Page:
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8 hours ago, Earl Grey said:

I grew up with the David Lynch movie, and also with hearing fans of the book say how terrible it is. Having finally read the book, I still love the Lynch film. It has its flaws but it has extraordinary atmosphere, beautiful images, and an eerie, mystical soundtrack by Toto of all people. Some scenes I think it does remarkably well... the Box, for instance. Anyway, reading the book, it was impossible for me to imagine Paul as anyone other than Kyle MacLachlan. I had seen the series too, and while it does get a lot more things technically right, it doesn't have the same soul.

 

I also grew up with the movie and loved it. Sure, Lynch disowned it, and I see Paul as Kyle too. I have the fan restored version that runs 3 hours long too. Guilty pleasures? Nah--I just enjoy it like I enjoyed many 80s flicks that people would roll their eyes over not just today, but even back then. 

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Loved the original Dune, couldn't get into the sequels or prequel.  Still looking for a movie to do it right.

 

Loved Stephen King's The Stand- Isn't that book getting relevant.  Decade later it came out in an unedited form.  In my opinion the original editor did a good job cutting out some of King's superfluous story lines.  It was interesting seeing how the ghosts of sections cut still echoed in the writing.

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Loved Dune!

I found the next two to be OK but nothing like the first, and stopped after that.

Never read anything after Frank passed.

Some other sci fi series I'd recommend (older stuff):

 Dan Simmons' Hyperion series (4 books)

Two book series by Mary Doria Russell - The Sparrow and Children of God

John Varley's Gaia series

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My days start with coffee, or tea and reading.  I read until something i read prompts me to write.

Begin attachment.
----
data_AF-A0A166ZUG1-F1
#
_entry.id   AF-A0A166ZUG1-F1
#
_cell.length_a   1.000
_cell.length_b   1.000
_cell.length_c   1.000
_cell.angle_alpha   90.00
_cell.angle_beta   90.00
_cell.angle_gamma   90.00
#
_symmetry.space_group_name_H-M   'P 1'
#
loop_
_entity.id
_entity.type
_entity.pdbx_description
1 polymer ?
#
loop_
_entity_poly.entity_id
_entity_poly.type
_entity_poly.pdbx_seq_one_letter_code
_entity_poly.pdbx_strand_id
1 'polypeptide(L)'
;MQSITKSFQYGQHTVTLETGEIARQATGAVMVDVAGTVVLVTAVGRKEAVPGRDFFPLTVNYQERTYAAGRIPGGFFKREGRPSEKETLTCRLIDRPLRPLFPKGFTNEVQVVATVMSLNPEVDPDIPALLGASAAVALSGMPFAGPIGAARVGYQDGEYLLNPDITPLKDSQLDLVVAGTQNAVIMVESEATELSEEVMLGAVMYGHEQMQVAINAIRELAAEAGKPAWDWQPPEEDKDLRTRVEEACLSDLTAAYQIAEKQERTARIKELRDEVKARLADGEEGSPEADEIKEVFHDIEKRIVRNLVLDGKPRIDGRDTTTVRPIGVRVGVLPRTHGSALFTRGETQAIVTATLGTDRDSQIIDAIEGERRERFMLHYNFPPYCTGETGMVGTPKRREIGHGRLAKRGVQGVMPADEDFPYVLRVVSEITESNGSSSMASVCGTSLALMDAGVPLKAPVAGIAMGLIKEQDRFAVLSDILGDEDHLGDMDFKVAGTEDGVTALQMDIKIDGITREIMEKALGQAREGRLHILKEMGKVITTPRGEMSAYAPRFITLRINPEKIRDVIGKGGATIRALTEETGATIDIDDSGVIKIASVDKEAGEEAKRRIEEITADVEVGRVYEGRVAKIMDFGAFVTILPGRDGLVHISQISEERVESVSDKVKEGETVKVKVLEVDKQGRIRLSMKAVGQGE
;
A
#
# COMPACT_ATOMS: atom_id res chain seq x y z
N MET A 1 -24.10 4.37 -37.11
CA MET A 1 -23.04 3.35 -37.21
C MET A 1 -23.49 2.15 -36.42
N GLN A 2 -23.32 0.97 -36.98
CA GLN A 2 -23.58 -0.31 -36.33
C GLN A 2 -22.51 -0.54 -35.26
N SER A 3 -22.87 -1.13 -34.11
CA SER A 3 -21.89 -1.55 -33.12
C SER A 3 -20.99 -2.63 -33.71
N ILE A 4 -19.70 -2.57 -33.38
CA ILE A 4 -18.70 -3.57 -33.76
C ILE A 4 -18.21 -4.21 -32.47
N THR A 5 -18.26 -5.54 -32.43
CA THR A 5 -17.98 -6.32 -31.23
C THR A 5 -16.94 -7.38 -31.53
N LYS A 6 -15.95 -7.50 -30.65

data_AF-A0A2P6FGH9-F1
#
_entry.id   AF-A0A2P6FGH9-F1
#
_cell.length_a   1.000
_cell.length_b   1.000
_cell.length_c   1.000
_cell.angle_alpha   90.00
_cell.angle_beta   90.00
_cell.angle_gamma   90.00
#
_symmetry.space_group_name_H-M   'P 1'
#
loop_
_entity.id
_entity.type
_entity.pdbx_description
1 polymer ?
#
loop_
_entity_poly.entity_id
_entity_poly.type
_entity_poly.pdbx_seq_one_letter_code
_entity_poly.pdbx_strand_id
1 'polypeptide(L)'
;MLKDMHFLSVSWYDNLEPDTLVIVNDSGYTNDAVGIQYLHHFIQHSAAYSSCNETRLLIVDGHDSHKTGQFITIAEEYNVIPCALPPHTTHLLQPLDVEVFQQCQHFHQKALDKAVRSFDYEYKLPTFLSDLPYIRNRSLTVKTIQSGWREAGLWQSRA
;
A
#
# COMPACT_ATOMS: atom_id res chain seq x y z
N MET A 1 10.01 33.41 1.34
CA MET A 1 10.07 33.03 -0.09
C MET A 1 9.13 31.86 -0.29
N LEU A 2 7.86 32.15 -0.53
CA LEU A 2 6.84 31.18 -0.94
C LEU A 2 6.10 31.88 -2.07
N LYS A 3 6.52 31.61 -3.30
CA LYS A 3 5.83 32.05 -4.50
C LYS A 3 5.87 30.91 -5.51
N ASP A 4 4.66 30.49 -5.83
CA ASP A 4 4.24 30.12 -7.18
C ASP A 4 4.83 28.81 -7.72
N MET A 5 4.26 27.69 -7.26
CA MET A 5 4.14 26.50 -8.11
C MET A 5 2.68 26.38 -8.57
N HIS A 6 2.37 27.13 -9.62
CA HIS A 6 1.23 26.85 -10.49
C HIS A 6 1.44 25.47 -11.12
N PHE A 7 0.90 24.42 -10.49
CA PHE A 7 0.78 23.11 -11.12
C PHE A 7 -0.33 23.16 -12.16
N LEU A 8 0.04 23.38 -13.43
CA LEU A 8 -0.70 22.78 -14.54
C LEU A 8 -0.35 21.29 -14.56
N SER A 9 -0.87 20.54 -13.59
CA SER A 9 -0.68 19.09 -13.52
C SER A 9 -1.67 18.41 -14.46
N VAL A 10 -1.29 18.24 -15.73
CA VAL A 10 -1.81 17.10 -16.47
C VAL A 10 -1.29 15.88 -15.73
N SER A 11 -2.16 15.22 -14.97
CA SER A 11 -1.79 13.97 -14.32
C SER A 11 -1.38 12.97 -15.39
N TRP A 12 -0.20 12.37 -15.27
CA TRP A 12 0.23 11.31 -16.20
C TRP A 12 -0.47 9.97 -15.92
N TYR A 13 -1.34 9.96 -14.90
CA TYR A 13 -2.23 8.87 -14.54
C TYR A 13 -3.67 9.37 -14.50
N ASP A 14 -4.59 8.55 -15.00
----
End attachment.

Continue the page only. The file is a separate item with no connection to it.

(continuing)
I write until the heart opens and warms, then play qi gong or go for a walk.

 

Once home, it's time to play.  Games with family or alone.

First meal of the day is between noon and 3pm depending on the body.

Cooking and eating have become meditation.

 

Lately painting has revealed as one of the last remaining gravity wells where local awareness can sink into with some abandon.  I regularly experience losing self in the play of colors and the scrape of knife across canvas, or the pouring of acrylics and the interplay of gravity and the swirling co-mingling of colors.  The only active choice involved is what colors to play with, how thin to mix and how far to stretch, the rest is blissful mindless merging with the process.

 

My wife has been something of a hermit these last four years.  She quit her job after some coaxing, to allow herself full time healing of childhood traumas.  She spends hours in quiet contemplation, listening to satsangs and floating in 'the grey zone'. 

 

My son is a natural home body, so he's appreciating studying from home.  His full course load amounts to about 3 hours of attention, then he's free.  While he's missing his friends, he meets regularly in online games wearing headsets and they have a blast. 

 

We are thriving in our seclusion, which aside from our Saturday volunteering in the local marsh and our hikes/restaurant/museum runs being curtailed has not changed much.

 

My main job is so stressful that as I've aged, seclusion and isolation when not on a project, away from the majority of life has become a bliss unequaled.

 

We love cooking and experimenting with new recipes as a family.  We listen to music, listen to audio books and play a plethora of games, video, card and board based.

 

Lately we've been breaking open our stores of what I find to be the greatest board game of all time.  Mansions of Madness.  It's a story based cooperative game set in the world of Lovecraft.  Where a group of characters are thrust into a horror/mystery scenario and must work together to try and quell the occult machinations, or survive the onslaught of supernatural forces.